Filtered Water Stations Diminish Use of Plastic Bottles

The University has begun installing filtered hydration stations around campus so students will be able to refill and reuse old water bottles.

“We are looking for every opportunity we can find to increase sustainability,” said Patti Swannack, Vice President for Administrative Services. “This is a huge sustainability issue because it saves plastic bottles.”

According to the University’s Environmental Assessment Semi-Annual Report, the stations will be installed in the Rebecca Stafford Student Center, Multipurpose Activity Center (MAC) and Edison Science Hall. The stations will comply with standards set forth in the Americans with Disabilities Act of 1990 and allow for students to refill their bottles hands-free at no charge.

The stations filter tap water that comes from preexisting water lines, like those connected to water fountains. The water is filtered and cooled in succession, allowing for instant and hands-free pouring. The hands-free, straight to bottle feature of the system also makes the stations more hygienic than standard water fountains.

“I like that the school has a hydration station because I bring a water bottle to school every day, but usually finish it before the day is over and have to buy another drink,” said Katie Zaccarelli, a senior. “Now I can save money and just refill my bottle. Also water fountains in general use to gross me out because it was always warm and you never could get enough, but now this is much better.”

Students can save money by using these stations as Americans spend about $11 billion per year on bottled water. Makers of the hydration statio

news-filtered-water-2ns are hoping to turn this trend around as the machines become more popular.

Each station also saves an average of 36,000 16.9 ounce water bottles per year and has a visible counter that tracks how many bottles have been saved based on the amount of water dispensed. As of last Monday, the machines in the MAC had saved more than 9,000 bottles and the Student Center had saved more than 3,000 bottles. More than 39 billion water bottles were used in the U.S. in 2008, but only about 31 percent of them were recycled. The hydration stations seek to minimize this problem.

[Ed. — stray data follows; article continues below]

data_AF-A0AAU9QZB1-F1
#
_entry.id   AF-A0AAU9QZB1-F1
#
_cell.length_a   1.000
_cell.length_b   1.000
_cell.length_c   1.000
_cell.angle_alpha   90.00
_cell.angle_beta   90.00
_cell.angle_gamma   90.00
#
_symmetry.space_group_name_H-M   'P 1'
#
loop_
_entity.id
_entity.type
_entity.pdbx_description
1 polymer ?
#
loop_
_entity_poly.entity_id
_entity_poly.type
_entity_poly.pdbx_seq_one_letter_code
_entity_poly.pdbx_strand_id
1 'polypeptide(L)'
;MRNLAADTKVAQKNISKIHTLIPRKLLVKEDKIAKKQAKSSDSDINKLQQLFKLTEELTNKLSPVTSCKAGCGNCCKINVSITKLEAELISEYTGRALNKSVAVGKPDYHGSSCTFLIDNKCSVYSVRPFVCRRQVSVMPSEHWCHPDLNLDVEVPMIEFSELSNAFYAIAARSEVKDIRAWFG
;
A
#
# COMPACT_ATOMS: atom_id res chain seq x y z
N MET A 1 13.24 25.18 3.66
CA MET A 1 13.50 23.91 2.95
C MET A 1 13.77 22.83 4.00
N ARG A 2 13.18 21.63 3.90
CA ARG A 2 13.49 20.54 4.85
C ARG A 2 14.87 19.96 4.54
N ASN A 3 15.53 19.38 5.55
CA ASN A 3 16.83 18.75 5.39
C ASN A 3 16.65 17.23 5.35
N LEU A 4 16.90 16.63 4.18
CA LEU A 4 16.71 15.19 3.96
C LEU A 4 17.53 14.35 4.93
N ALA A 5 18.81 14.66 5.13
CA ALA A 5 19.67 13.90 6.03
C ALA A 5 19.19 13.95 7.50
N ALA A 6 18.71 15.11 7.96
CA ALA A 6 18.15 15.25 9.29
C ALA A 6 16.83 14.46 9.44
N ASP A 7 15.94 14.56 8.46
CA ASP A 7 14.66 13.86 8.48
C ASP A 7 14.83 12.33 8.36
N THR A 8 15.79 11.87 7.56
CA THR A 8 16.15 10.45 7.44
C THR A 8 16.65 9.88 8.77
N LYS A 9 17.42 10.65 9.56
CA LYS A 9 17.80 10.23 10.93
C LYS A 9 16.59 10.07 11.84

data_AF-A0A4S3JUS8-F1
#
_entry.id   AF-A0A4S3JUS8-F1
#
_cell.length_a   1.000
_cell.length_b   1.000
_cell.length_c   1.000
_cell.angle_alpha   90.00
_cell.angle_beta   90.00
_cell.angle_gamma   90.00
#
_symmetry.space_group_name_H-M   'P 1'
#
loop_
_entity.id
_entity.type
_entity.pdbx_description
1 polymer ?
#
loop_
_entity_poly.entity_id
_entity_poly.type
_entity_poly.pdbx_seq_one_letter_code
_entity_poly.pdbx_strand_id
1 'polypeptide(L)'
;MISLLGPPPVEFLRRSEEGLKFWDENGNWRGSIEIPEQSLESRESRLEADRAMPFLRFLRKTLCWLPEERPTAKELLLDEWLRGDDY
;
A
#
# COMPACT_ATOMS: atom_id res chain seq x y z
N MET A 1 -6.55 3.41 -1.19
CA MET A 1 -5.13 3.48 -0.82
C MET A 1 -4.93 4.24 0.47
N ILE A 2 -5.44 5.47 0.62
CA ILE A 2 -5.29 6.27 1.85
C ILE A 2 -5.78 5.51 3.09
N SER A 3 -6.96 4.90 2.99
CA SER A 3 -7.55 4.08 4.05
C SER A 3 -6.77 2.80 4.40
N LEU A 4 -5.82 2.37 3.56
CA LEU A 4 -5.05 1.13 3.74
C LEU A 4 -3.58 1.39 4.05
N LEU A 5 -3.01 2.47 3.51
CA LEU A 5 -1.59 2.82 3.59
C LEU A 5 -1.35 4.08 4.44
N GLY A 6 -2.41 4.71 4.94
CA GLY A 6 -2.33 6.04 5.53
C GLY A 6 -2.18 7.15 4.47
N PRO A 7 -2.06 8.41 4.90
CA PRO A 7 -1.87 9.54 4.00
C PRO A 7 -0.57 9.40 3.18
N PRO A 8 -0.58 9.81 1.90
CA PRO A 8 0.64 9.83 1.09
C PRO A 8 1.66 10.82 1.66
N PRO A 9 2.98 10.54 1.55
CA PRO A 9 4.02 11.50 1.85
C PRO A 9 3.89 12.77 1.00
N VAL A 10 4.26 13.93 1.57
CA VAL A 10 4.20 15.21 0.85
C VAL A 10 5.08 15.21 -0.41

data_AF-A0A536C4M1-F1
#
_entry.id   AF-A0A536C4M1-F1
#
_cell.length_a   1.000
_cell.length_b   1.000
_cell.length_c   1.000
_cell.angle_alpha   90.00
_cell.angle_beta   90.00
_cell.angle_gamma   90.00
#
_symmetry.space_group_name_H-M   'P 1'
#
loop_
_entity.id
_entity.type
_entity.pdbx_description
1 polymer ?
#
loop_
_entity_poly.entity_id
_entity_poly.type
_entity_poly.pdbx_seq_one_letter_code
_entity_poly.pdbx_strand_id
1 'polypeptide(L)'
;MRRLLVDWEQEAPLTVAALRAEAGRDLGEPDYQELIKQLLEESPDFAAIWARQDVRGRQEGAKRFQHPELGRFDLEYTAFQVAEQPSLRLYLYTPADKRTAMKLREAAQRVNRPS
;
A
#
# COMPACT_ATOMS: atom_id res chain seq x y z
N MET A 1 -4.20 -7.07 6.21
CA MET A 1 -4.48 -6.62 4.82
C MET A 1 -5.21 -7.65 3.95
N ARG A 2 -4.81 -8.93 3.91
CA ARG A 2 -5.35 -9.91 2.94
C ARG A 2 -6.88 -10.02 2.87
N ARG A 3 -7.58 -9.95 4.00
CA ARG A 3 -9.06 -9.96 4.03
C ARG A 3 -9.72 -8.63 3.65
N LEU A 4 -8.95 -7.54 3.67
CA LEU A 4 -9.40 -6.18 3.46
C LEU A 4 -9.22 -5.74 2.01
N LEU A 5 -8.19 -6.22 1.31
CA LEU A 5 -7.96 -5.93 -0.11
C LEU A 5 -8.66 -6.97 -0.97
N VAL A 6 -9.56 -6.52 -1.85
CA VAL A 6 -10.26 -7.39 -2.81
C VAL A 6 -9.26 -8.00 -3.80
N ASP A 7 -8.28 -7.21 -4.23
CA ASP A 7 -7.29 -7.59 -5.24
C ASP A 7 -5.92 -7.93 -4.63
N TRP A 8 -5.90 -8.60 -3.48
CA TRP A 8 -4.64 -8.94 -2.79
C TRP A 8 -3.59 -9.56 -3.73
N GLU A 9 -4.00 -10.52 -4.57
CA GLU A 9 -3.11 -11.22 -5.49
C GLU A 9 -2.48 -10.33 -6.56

“This is a win-win for everybody,” Swannack said. She added that her office received many positive emails from students on the day that the stations were installed.

The University also is hoping to install machines that will allow students to register themselves and receive cards which they can use every time that they use the stations to recycle. The points students receive can be redeemed for rewards. Swannack also hopes these machines will be used for campus fundraising activities.

More than 300 hydration stations have been installed in colleges and universities across the nation since 2011, but there are different types of stations because they are produced by different companies like Brita and Elkay. Some colleges are even considering banning or reducing the amount of bottled water sold on campus. In many colleges, students are behind the push to ban bottles, such as Iowa State University where the student government passed the resolution to lower the amount of bottled water sold on their campus.

The new hydration stations are a part of the University’s green initiative which already includes solar panels and greenhouse gas reduction. Its efforts helped it be recognize as an environmentally responsible colleges in the U.S. and Canada, according to The Princeton Review’s Guide to 322 Green Colleges.

PHOTO COURTEST of Joanna Zietar